I’m a fan of the Washington Post’s Chris Cillizza, but when he gets one wrong, it’s often a doozy. And saying that Hillary Clinton had the “worst year in Washington” is about as wrong as you can get.

Yes, Clinton did, as Cillizza remembers, suffer through a scandal, and she emerged with bruised polling numbers, at least when it came to perceptions of her honesty. If the award was “worst summer in Washington,” I could see Clinton as a contestant, although Scott Walker and Matt Williams would be stronger choices.

For the year, though?

One year ago, Clinton was the leading candidate for the Democratic nomination, perhaps in the best position any non- incumbent has been in modern times. Yet two potentially strong contenders, Senator Elizabeth Warren and Vice President Joe Biden, were lurking around the edges of the contest, not exactly active candidates but not far from doing what candidates at that stage do. Nor was it entirely clear yet how strong Clinton’s grip on party actors might be when she stumbled the way all candidates do.

A year later, Warren and Biden are no longer threats. While Senator Bernie Sanders put together an impressive campaign, he’s about as weak a major opponent as Clinton could have imagined drawing. In the closest similar case, Al Gore in 2000 had to defeat Bill Bradley, who was far more broadly acceptable to the party then than Sanders is now, mainly because most Democrats believe Sanders would be a disastrous general-election candidate.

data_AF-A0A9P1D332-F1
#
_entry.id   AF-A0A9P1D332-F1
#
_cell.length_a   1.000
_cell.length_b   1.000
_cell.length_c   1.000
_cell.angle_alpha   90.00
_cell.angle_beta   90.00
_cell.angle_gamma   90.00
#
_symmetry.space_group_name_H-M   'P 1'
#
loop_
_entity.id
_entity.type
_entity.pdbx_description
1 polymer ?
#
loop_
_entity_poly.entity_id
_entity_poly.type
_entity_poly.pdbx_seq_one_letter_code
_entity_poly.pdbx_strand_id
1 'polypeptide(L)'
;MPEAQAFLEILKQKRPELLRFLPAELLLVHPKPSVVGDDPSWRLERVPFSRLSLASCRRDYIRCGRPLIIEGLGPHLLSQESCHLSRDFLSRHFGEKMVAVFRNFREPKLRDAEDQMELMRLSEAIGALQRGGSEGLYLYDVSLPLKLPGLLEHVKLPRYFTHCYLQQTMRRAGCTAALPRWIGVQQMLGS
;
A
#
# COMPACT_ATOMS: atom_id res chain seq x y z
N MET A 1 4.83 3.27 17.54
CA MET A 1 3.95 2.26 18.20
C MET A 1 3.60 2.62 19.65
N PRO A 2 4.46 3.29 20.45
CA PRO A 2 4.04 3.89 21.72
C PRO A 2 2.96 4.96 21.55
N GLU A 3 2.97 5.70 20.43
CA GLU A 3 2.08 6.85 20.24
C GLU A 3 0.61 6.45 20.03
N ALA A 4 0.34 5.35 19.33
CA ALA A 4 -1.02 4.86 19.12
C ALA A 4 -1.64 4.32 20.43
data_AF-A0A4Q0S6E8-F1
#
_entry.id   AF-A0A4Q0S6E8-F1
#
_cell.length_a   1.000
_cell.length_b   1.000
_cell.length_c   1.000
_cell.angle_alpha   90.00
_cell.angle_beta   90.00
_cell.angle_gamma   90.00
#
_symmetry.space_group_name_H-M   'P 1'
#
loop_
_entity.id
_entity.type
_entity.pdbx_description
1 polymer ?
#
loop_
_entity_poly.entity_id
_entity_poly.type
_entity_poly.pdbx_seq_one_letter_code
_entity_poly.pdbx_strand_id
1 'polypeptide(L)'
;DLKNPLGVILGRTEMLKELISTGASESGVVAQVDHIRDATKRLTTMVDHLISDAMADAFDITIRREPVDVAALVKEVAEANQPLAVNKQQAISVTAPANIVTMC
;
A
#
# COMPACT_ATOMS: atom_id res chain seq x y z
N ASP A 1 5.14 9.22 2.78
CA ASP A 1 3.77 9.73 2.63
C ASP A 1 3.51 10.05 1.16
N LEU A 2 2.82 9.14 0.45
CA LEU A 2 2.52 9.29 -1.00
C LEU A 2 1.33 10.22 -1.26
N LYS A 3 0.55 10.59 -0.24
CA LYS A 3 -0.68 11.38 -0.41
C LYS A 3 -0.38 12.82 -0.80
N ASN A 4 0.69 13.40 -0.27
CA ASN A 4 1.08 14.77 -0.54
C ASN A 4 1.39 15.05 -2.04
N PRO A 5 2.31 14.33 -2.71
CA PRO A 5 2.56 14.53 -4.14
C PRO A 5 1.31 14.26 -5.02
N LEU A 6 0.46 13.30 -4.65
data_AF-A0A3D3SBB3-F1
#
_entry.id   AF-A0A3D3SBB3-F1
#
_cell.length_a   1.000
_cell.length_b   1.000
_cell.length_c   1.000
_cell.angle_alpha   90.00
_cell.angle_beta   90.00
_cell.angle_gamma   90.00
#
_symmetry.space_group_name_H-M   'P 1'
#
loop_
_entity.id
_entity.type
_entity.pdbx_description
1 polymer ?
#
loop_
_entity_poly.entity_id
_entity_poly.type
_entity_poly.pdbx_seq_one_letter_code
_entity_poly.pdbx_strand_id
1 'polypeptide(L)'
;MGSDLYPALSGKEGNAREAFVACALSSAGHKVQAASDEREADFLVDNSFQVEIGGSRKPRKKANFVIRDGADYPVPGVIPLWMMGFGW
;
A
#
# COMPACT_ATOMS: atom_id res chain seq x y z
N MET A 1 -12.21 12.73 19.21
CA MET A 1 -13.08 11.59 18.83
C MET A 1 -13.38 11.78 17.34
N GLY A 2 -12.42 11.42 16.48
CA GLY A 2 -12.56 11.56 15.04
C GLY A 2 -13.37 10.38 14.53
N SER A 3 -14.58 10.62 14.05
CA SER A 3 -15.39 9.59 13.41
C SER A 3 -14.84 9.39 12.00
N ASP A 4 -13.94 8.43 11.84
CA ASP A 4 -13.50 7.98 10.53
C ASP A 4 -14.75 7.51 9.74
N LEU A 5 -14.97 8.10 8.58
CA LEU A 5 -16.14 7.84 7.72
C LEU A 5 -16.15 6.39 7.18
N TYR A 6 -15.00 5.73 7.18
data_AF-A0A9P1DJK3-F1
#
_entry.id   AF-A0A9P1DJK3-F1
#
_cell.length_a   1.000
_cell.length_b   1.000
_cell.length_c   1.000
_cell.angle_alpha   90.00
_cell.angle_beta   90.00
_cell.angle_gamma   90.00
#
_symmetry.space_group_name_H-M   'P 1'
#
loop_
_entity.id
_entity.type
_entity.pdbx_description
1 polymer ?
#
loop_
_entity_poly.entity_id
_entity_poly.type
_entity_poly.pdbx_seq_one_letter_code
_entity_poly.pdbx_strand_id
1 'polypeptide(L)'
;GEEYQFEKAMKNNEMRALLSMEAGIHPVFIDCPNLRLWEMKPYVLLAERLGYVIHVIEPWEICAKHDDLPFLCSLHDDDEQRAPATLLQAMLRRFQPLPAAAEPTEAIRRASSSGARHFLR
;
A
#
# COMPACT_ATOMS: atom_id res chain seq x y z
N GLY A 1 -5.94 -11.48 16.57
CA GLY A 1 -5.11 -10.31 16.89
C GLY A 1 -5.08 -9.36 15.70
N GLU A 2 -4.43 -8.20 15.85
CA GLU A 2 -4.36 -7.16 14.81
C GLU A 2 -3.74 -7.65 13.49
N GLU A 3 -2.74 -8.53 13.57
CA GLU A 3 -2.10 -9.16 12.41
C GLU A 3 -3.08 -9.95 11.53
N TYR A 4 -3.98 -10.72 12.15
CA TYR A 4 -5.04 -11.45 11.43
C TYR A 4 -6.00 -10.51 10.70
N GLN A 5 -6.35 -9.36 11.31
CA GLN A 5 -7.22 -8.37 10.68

Meanwhile, Clinton has amassed more support from party actors than any previous non-incumbent in the modern era. A potential threat from a House select committee that appears to exist just to do opposition research on her has turned into a bad joke. The summer scandals seem to have died down; they could return, but it’s not clear if voters will care. And her performance in the marathon session in front of that select committee quieted the whispers that her age might be an impediment in her campaign.

Sure, not everything is perfect for Clinton. The economy hasn’t boomed, and Barack Obama’s approval ratings remain mediocre, leaving the general election more or less a toss-up at this still early point. And it hasn’t been a good year for her record as secretary of State, particularly her close involvement in Libya policy.

But overall I’d consider her at least a contender for “best year” honors — because locking up a presidential nomination early is an impressive (and underrated) accomplishment. (If I had a “best year” vote, I’d likely opt for Paul Ryan, or maybe Marco Rubio, or there’s always Bryce Harper.)

Worst year? Not even close.